As mentioned numerous times here the AAA rating given to the monoline insureres from the major rating agencies has been nothing but a sham. That sham ended last week when both Moody's and S&P downgraded both companies to AA. However even AA is far too generous to these two businesses that have no business going forward.
The good news is that the stockmarket hardly reacted when the downgrade happened. A Back in January this would have been seen as a disaaster by the market - perception is everything. However despite the muted response from the market there are some very real consequences for some of the major banks. From Bloomberg:
Citi, Merrill, UBS Face Monoline Losses, Whitney Says
Citigroup Inc., Merrill Lynch & Co. and UBS AG may post losses of $10 billion on bond insurance after MBIA Inc. and Ambac Financial Group Inc. lost their top credit ratings, Oppenheimer & Co. analyst Meredith Whitney said.
MBIA and Ambac, the world's largest bond insurers, had their AAA ratings cut two levels by Standard & Poor's June 5, which trimmed ratings on more than $1 trillion of securities they guaranteed. The downgrades may limit the so-called monoline insurers' ability to write new policies, putting further pressure on earnings, she wrote today in a note to investors.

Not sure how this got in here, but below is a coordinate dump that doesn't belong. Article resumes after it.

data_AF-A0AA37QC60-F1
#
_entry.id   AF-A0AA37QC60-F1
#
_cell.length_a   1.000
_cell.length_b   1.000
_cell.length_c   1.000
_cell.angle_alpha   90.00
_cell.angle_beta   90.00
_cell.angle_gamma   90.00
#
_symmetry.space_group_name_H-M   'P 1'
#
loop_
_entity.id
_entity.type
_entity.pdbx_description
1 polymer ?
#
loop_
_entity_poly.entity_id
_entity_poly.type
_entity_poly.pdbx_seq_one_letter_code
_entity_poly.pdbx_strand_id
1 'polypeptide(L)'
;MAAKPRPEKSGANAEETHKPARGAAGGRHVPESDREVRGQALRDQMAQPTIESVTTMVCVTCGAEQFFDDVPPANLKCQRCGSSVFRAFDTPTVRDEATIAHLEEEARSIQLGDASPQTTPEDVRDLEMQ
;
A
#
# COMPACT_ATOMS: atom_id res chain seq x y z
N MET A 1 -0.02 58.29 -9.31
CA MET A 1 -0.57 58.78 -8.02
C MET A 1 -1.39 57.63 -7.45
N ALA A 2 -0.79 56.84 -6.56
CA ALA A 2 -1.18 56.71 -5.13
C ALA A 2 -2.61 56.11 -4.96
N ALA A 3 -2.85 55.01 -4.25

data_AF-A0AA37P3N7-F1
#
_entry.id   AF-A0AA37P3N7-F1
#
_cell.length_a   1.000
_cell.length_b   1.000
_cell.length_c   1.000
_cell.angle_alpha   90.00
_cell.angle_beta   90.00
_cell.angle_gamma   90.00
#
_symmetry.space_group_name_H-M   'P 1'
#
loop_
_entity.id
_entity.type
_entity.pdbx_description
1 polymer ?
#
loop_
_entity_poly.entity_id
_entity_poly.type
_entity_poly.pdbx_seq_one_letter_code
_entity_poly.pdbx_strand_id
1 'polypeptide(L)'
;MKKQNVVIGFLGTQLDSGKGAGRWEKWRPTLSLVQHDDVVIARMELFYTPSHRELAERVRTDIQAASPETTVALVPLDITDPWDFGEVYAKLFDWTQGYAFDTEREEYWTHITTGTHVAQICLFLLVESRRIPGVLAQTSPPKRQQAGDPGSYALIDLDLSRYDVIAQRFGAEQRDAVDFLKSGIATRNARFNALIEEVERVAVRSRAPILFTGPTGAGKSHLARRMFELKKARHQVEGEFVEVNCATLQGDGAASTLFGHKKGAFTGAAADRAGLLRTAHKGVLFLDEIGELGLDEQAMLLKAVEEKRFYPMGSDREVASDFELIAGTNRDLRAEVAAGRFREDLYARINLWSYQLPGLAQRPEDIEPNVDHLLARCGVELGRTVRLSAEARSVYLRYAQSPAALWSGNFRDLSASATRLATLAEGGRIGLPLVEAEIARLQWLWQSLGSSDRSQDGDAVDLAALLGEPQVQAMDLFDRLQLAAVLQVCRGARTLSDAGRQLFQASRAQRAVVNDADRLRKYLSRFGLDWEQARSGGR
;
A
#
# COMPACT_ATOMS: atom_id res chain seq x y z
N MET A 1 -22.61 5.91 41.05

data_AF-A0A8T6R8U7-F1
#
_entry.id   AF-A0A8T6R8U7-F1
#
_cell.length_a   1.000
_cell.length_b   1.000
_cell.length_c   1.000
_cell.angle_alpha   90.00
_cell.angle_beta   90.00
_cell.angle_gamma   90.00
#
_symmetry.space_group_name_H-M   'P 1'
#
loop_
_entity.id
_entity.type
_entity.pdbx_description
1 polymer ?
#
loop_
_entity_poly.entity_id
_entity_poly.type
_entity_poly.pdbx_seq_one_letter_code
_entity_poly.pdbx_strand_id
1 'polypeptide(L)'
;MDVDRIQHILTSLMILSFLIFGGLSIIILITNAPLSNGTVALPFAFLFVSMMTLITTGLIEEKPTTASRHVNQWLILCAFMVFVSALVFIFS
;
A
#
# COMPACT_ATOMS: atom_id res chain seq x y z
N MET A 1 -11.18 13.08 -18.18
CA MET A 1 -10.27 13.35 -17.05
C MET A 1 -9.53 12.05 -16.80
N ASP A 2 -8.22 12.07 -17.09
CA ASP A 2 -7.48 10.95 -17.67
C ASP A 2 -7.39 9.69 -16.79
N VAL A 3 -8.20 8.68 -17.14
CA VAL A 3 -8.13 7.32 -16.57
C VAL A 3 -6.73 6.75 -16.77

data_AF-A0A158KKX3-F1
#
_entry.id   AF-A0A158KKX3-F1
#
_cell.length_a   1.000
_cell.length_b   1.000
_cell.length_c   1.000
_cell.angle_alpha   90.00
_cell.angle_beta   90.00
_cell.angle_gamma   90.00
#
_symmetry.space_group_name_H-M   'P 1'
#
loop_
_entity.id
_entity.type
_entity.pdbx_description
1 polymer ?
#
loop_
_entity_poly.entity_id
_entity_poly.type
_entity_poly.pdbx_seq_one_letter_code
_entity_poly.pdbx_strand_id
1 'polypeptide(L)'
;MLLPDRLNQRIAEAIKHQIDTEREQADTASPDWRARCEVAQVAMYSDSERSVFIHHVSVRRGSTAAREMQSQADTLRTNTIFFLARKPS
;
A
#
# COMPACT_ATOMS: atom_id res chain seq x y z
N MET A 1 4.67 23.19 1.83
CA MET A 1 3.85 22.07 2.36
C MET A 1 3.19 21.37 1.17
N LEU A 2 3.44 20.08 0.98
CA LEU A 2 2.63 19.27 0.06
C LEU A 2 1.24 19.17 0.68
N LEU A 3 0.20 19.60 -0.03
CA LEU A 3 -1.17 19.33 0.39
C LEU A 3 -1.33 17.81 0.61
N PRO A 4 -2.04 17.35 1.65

``The limited earnings potential of monolines poses a risk to the value of the insurance and hedges on the subprime-related securities provided to the banks and brokers,'' Whitney wrote. ``The collateral damage could be in excess of an additional $10 billion.''
Whitney, one of the first bank analysts last year to gauge the depth of the U.S. credit crisis, said in January that losses tied to the bond insurers for all banks might top $40 billion. She didn't update her estimate. Citigroup, Merrill and UBS have taken more than $10 billion of writedowns related to the insurers, she wrote.
Citigroup, the biggest U.S. bank, and Merrill, the world's biggest brokerage, have ``underperform'' stock ratings from Whitney. Both companies are based in New York. She doesn't cover Zurich-based UBS, the European bank hardest hit by the U.S. subprime contagion.
UBS had $6.3 billion of ``exposure'' to bond insurers at the end of March, Whitney said. Citigroup had $4.8 billion and Merrill had about $3 billion, she wrote.
Citigroup rose 12 cents to $20.18 at 11:31 a.m. in New York Stock Exchange composite trading, Merrill Lynch fell 28 cents, or 0.7 percent, to $38.74, and UBS slid 80 centimes to 23.82 francs in Zurich trading.
Whitney has been way out in front of the pack in her analysis of the effects on the major banks during the credit crunch so I wouldn't bet against her $40 billion estimates. More writedowns are on the way.